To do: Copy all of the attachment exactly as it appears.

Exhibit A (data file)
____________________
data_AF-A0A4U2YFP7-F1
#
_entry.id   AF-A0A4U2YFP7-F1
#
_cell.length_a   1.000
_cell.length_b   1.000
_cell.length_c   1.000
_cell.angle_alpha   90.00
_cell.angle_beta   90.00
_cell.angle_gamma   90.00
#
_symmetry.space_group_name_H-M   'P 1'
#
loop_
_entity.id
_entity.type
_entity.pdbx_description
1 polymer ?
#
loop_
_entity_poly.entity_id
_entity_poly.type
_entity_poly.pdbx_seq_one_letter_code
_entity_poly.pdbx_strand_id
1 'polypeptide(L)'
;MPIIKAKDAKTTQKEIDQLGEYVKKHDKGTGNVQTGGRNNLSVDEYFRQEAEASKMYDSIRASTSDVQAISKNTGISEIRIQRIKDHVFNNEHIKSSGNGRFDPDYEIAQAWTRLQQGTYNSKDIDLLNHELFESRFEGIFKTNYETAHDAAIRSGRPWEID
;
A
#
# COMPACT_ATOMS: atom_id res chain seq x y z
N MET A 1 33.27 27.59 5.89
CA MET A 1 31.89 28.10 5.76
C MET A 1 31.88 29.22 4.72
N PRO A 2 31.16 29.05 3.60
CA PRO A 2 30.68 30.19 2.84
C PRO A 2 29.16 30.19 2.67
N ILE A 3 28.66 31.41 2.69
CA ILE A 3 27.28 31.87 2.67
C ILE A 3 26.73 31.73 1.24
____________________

data_AF-A0A4U2YFP7-F1
#
_entry.id   AF-A0A4U2YFP7-F1
#
_cell.length_a   1.000
_cell.length_b   1.000
_cell.length_c   1.000
_cell.angle_alpha   90.00
_cell.angle_beta   90.00
_cell.angle_gamma   90.00
#
_symmetry.space_group_name_H-M   'P 1'
#
loop_
_entity.id
_entity.type
_entity.pdbx_description
1 polymer ?
#
loop_
_entity_poly.entity_id
_entity_poly.type
_entity_poly.pdbx_seq_one_letter_code
_entity_poly.pdbx_strand_id
1 'polypeptide(L)'
;MPIIKAKDAKTTQKEIDQLGEYVKKHDKGTGNVQTGGRNNLSVDEYFRQEAEASKMYDSIRASTSDVQAISKNTGISEIRIQRIKDHVFNNEHIKSSGNGRFDPDYEIAQAWTRLQQGTYNSKDIDLLNHELFESRFEGIFKTNYETAHDAAIRSGRPWEID
;
A
#
# COMPACT_ATOMS: atom_id res chain seq x y z
N MET A 1 33.27 27.59 5.89
CA MET A 1 31.89 28.10 5.76
C MET A 1 31.88 29.22 4.72
N PRO A 2 31.16 29.05 3.60
CA PRO A 2 30.68 30.19 2.84
C PRO A 2 29.16 30.19 2.67
N ILE A 3 28.66 31.41 2.69
CA ILE A 3 27.28 31.87 2.67
C ILE A 3 26.73 31.73 1.24